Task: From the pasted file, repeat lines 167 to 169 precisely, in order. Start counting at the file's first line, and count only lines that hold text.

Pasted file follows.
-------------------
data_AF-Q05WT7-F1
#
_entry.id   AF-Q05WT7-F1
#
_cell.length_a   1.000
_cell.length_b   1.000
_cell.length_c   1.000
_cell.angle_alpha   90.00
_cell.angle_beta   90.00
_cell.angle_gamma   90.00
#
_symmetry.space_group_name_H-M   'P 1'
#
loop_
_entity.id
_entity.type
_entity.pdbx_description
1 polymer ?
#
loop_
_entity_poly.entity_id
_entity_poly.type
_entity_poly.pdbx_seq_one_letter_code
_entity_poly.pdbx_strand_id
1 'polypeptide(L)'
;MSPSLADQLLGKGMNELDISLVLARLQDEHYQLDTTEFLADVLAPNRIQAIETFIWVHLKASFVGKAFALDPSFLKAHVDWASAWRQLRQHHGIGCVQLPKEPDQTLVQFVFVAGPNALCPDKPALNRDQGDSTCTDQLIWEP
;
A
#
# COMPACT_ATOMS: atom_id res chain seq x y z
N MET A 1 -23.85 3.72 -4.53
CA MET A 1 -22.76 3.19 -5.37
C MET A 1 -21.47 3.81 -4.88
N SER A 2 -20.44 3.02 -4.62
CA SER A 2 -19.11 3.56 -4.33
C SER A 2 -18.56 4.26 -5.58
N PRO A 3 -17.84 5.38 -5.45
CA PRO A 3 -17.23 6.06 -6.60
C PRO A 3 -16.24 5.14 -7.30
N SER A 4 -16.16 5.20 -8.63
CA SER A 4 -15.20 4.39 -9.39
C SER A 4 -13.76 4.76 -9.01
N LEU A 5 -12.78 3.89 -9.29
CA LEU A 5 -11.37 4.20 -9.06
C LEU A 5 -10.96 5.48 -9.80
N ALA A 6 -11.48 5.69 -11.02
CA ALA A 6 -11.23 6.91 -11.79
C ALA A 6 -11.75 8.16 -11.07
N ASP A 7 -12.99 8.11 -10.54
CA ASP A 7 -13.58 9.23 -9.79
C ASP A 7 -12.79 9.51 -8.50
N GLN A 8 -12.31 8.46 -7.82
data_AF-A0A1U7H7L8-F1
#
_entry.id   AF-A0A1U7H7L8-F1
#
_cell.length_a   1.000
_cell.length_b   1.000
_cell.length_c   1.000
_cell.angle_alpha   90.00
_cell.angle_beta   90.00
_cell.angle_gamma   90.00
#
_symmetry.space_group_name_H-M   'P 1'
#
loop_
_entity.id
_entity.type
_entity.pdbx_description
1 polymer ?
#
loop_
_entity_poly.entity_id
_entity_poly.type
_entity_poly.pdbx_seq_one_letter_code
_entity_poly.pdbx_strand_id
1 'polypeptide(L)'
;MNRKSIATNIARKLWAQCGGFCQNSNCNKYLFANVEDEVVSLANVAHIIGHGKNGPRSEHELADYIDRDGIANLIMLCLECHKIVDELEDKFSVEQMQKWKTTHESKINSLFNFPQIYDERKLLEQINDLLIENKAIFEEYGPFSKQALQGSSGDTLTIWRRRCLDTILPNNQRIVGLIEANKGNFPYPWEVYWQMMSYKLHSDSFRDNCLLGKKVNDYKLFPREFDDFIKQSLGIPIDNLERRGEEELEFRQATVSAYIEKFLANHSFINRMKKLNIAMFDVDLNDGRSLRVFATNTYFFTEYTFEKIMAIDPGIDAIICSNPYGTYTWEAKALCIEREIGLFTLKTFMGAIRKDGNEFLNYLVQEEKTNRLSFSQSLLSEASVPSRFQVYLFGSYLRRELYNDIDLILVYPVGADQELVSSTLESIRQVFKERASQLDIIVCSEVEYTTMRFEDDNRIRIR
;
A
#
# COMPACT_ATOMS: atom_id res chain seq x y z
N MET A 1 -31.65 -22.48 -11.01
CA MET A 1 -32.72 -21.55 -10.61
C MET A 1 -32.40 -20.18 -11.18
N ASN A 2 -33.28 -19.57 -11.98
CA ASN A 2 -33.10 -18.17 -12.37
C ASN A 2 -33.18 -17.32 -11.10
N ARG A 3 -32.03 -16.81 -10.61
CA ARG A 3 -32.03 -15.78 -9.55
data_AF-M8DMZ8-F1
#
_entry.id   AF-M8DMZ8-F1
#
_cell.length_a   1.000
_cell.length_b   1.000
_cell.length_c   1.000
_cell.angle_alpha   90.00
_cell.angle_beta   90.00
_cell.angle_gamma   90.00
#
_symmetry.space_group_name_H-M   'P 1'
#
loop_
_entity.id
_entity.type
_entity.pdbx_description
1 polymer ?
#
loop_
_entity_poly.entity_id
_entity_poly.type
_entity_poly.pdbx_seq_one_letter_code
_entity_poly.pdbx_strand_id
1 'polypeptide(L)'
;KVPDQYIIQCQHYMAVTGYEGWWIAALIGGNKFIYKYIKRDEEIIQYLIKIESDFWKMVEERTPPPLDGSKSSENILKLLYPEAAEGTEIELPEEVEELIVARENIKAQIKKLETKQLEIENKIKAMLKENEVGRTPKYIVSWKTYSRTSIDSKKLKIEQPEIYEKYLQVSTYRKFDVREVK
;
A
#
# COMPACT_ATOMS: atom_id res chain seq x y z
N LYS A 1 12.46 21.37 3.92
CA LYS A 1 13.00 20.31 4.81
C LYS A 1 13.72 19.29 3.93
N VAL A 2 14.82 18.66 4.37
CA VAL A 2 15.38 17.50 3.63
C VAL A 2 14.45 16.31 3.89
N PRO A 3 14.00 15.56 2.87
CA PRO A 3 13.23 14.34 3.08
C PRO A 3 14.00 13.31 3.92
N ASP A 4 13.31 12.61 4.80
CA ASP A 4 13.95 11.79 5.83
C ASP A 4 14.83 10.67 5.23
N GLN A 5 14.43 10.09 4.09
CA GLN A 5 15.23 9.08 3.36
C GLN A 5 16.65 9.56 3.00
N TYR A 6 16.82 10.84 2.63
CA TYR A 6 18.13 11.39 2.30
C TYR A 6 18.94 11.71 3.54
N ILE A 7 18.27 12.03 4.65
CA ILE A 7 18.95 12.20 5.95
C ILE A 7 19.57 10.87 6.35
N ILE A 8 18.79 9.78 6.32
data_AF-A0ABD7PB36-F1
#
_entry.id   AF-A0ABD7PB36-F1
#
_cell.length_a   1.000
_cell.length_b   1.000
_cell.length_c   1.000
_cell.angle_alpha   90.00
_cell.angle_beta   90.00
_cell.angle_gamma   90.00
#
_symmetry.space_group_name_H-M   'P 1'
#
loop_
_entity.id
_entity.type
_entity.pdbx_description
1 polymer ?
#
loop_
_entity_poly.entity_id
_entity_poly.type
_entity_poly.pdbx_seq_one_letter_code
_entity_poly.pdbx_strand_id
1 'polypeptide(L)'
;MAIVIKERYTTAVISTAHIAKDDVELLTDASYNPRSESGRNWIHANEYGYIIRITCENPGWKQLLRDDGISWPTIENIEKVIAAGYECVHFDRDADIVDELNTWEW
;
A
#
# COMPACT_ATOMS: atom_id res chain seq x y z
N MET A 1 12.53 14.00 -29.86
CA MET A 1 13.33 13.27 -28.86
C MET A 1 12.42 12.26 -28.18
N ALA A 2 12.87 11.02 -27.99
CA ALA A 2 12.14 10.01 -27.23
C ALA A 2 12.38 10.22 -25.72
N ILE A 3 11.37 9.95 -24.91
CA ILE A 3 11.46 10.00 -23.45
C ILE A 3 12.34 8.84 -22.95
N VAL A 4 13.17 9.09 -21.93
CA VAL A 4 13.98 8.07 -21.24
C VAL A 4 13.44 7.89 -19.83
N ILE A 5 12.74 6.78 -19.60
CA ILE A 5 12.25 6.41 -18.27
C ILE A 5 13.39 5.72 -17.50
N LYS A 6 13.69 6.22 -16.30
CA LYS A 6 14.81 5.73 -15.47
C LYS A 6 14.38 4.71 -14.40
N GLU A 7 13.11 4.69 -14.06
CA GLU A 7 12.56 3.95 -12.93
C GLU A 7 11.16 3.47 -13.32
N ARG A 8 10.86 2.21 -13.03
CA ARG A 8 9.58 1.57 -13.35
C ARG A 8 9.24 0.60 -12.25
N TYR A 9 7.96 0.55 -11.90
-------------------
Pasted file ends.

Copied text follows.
1 'polypeptide(L)'
;MAIVIKERYTTAVISTAHIAKDDVELLTDASYNPRSESGRNWIHANEYGYIIRITCENPGWKQLLRDDGISWPTIENIEKVIAAGYECVHFDRDADIVDELNTWEW
;